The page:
The time has come for students to determine where the best location will be to begin our new society. To help them keep the focus on the Earth science standards over vacation preferences, I begin this lesson by having students analyze the 5 regions of the US in regard to resources and natural hazards as they currently exist (this represents the US as it was when they left for their space mission, not as it exists in the post global warming era that is the setting of this unit).
Students use this information as the baseline from which they will hypothesize about the potential resources and hazards that will exist when they land.
As before, some of this will be written from the perspective of the space mission captain addressing his crew.
Alright crew, after further analysis of the data and reports that have been transmitted to us from home, it appears as though our current society is crumbling, if not completely collapsing. Our mission from the start was to find a place to set up a new society - that is still our mission but now we must do that on Earth.
Now, someone tell me what determines a good place to build a new society? You have 5 minutes to talk to your table teams to create a list of the factors that we must consider when deciding where to land this ship.
Now, we don't know exactly what we are going home to, but we do know what existed before we left. I am going to break you into 5 teams and you are going to gather information on the 5 regions of the US: Northeast (dark green), Southeast (red), Midwest (light green), Southwest (blue), and Northwest (purple). See your Briefing Guidelines and Research Questions for more specific information.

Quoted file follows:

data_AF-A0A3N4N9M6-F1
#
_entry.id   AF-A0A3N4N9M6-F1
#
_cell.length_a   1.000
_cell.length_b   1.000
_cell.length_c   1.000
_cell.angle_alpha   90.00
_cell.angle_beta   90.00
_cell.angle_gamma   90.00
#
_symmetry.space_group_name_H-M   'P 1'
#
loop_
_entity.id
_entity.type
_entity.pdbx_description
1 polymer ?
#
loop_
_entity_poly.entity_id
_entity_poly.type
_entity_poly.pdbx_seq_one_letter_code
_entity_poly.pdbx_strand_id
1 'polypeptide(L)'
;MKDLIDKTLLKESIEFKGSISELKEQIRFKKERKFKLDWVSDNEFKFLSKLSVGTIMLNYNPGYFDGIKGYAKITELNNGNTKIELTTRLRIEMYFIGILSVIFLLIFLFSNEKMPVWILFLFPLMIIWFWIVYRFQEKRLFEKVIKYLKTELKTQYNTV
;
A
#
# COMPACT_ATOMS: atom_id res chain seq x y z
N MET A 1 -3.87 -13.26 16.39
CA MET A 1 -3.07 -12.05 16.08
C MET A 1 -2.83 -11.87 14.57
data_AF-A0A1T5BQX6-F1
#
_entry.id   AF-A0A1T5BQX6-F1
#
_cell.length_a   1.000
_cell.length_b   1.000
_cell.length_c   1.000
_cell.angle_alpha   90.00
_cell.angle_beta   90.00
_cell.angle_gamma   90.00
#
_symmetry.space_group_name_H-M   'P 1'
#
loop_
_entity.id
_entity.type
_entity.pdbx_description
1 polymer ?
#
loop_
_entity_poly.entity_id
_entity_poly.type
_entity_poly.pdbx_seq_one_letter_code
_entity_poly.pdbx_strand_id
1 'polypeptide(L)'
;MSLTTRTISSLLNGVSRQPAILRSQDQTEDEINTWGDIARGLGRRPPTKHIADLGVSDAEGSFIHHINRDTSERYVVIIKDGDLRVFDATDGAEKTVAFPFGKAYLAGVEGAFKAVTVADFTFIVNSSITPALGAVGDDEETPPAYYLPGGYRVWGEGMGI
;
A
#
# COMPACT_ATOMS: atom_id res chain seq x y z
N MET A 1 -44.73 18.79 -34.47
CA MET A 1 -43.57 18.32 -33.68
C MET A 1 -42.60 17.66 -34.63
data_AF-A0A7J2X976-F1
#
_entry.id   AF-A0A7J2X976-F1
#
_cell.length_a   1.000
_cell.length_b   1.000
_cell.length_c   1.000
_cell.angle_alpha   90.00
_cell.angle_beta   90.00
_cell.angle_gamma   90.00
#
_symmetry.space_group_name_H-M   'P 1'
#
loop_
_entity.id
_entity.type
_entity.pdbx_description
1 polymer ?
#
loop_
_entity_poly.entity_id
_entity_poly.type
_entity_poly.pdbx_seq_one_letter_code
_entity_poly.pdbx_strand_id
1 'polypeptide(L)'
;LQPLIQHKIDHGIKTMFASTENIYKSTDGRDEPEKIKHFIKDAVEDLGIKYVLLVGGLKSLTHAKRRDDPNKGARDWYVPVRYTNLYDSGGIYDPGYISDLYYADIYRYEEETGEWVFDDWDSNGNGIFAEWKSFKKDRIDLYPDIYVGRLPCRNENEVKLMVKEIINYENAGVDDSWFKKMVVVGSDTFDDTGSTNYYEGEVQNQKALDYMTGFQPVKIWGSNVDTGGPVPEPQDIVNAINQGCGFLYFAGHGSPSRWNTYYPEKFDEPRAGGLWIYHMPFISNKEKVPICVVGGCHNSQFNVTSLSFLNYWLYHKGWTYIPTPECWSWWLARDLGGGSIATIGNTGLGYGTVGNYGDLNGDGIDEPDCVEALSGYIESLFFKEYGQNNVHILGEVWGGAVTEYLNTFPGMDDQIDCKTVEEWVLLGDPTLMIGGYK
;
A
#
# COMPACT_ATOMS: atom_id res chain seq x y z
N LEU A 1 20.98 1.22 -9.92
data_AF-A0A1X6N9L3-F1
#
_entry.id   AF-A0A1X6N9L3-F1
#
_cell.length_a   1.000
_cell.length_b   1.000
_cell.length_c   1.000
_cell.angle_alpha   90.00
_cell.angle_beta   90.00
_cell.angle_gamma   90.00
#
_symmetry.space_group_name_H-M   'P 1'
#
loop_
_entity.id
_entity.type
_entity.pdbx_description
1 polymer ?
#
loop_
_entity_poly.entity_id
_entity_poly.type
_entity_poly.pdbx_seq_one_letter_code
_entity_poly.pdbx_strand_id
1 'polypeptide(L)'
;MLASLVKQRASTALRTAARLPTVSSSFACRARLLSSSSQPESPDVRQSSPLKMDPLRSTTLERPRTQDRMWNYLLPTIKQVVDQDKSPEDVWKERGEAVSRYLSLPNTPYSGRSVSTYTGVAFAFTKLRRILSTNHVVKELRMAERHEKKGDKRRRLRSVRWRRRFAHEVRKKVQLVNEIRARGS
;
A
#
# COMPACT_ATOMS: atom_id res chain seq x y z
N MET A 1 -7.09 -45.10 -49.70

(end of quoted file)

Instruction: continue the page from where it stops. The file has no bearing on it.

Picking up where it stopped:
Students work in their teams to research the resources and hazards that are abundant within their assigned region. I have students focus on resources such as fossil fuels, potential for renewable resources/energy, freshwater, crop/food production, and building materials. Students also look into seasonal weather patterns and natural hazards, such as extreme weather, earthquakes, droughts, etc. so they can assess the safety of the area.
As students view the presentations, they will complete the Notes Chart where they track the pros/cons of each region.
To conclude the lesson, I lead a discussion/debate in which the class must decide two things: